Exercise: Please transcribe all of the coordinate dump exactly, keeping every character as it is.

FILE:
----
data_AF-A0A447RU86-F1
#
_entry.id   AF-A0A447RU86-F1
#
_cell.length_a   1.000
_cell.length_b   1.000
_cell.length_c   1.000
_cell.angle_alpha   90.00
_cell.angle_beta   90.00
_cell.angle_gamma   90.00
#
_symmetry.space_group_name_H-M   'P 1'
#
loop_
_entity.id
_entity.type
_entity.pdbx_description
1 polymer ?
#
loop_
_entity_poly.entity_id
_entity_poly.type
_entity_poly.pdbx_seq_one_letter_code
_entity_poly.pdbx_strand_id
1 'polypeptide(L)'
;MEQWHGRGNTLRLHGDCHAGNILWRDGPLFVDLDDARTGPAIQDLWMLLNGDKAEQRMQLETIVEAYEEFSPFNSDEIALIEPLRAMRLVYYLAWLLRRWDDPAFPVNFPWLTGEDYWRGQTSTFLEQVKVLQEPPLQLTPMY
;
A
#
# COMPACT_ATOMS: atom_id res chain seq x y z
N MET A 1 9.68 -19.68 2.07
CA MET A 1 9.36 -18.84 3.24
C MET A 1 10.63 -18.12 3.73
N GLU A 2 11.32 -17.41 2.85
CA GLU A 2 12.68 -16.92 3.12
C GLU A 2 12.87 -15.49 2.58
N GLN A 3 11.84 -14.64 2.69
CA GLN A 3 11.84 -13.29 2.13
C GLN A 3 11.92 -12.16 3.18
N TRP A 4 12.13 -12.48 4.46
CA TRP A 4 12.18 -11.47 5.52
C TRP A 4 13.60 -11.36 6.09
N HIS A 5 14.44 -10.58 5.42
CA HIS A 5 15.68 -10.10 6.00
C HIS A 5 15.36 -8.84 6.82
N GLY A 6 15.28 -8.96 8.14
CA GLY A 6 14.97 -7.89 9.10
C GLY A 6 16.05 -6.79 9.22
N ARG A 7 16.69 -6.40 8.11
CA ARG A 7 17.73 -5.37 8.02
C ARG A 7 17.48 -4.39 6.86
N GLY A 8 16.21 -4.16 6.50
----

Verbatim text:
data_AF-A0A447RU86-F1
#
_entry.id   AF-A0A447RU86-F1
#
_cell.length_a   1.000
_cell.length_b   1.000
_cell.length_c   1.000
_cell.angle_alpha   90.00
_cell.angle_beta   90.00
_cell.angle_gamma   90.00
#
_symmetry.space_group_name_H-M   'P 1'
#
loop_
_entity.id
_entity.type
_entity.pdbx_description
1 polymer ?
#
loop_
_entity_poly.entity_id
_entity_poly.type
_entity_poly.pdbx_seq_one_letter_code
_entity_poly.pdbx_strand_id
1 'polypeptide(L)'
;MEQWHGRGNTLRLHGDCHAGNILWRDGPLFVDLDDARTGPAIQDLWMLLNGDKAEQRMQLETIVEAYEEFSPFNSDEIALIEPLRAMRLVYYLAWLLRRWDDPAFPVNFPWLTGEDYWRGQTSTFLEQVKVLQEPPLQLTPMY
;
A
#
# COMPACT_ATOMS: atom_id res chain seq x y z
N MET A 1 9.68 -19.68 2.07
CA MET A 1 9.36 -18.84 3.24
C MET A 1 10.63 -18.12 3.73
N GLU A 2 11.32 -17.41 2.85
CA GLU A 2 12.68 -16.92 3.12
C GLU A 2 12.87 -15.49 2.58
N GLN A 3 11.84 -14.64 2.69
CA GLN A 3 11.84 -13.29 2.13
C GLN A 3 11.92 -12.16 3.18
N TRP A 4 12.13 -12.48 4.46
CA TRP A 4 12.18 -11.47 5.52
C TRP A 4 13.60 -11.36 6.09
N HIS A 5 14.44 -10.58 5.42
CA HIS A 5 15.68 -10.10 6.00
C HIS A 5 15.36 -8.84 6.82
N GLY A 6 15.28 -8.96 8.14
CA GLY A 6 14.97 -7.89 9.10
C GLY A 6 16.05 -6.79 9.22
N ARG A 7 16.69 -6.40 8.11
CA ARG A 7 17.73 -5.37 8.02
C ARG A 7 17.48 -4.39 6.86
N GLY A 8 16.21 -4.16 6.50